Terror-filled Last Moments on Doomed Flight With AM-Poland-Plane, Bjt
WARSAW, Poland (AP) _ In the final minutes of LOT Polish Airlines Flight No. 5055, one passenger desperately scribbled a last message to a loved one and the pilot radioed the airport, ″Farewell, I’m falling down.″
For 30 minutes, the 183 people aboard the plane knew it was partially disabled and struggling back toward Warsaw’s Okecie Airport, police said.
The veteran pilot, Capt. Zygmunt Pawlaczyk, managed to divert the crippled plane away from a housing development of 120,000 people and crashed into a forest, said a Polish reporter, quoting unidentifed airport officials.
Lt. Col. Franciszek Pawlowski, a police investigator at the crash site in Kabaty Forest near Warsaw, told Polish television at least one hastily written note from a passenger was found Sunday among the burned and broken wreckage.
The note read: ″Plane breakdown. I don’t know what will happen. Domeracka,″ he reported.
″She was fully aware of what was happening,″ Pawlowski said.
The victims included Mrs. Halina Domeracka, 58, of Warsaw.
Television news also showed a U.S. passport belonging to Julianna Oberbeck.
Examining the remains of the cockpit’s flight crew Sunday, Pawlowski said the pilot was ″conscious of the situation, conscious of the danger.″
″He said, ‘Farewell, I’m falling down,’ and he fell,″ Pawlowski said, quoting a recording of the pilot’s conversation with the airport tower.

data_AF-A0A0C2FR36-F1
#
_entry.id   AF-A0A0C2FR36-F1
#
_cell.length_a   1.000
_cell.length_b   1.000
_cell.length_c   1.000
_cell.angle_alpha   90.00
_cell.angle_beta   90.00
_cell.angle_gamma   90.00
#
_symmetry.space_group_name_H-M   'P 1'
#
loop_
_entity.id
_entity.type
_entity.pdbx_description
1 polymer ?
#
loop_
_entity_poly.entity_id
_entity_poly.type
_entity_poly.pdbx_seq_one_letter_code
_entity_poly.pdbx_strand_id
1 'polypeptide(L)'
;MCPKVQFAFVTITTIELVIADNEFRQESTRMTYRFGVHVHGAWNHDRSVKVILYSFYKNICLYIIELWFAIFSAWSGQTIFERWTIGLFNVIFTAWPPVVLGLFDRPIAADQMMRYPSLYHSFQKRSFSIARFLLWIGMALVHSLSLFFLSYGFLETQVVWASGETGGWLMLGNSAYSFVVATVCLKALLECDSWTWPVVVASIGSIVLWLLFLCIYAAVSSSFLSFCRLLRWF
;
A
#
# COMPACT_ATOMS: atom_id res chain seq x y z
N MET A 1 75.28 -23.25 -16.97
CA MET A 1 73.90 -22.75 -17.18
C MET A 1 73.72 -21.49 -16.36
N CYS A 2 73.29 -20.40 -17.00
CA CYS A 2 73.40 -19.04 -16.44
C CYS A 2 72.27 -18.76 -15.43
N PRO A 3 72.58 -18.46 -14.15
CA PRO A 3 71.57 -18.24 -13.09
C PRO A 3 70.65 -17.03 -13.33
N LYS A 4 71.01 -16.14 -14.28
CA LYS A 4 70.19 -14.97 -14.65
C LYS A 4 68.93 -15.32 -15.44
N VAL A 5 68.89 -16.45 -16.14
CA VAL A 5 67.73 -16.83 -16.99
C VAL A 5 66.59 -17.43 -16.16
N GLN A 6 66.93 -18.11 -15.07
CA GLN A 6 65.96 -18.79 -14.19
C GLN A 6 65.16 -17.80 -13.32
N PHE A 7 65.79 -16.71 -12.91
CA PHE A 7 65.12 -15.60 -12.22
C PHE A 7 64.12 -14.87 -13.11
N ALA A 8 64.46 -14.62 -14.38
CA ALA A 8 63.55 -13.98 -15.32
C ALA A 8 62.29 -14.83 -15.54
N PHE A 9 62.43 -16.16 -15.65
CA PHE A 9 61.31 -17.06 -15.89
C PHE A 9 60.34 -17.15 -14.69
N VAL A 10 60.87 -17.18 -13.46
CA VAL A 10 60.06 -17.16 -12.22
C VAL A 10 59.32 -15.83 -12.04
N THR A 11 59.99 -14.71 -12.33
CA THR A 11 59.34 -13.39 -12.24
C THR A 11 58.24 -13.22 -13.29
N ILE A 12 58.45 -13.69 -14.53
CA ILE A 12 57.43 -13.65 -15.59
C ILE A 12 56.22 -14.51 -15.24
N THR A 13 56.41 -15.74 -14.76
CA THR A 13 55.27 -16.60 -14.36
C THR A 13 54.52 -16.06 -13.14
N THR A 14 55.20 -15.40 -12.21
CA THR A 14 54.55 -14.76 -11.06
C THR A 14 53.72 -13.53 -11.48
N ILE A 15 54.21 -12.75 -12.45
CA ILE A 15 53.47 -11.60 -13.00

Jerzy Slowinski, LOT’s general director, told a news conference he could not confirm reports that the 59-year-old pilot had steered the plane into the forest, but added:
″I think our crews are prepared to do such things. It is the nature of our experienced pilots ... that in case of a bigger danger they try to avoid it if possible.″
In Warsaw, Americans who lost friends or relatives on the flight began arriving from New York. They had awaited the flight at Kennedy International Airport on Saturday.
Stanley Baldyga said he was going to meet his father, Wladyslaw, 63, for the first time in more than 20 years and bring him to his home in Seven Hills, Ohio. Then came the news of a fiery airplane crash near Warsaw.
″At the first moment, I was hoping that my father wasn’t on that plane,″ Baldyga told The Associated Press on Sunday. ″I called the Polish Embassy and they confirmed that was the flight number.
″After two or three hours, they confirmed that my father was dead, just like everyone else on the plane.
″I called my father two weeks ago and he was so happy that he was coming to see me after such a long time,″ Baldyga said.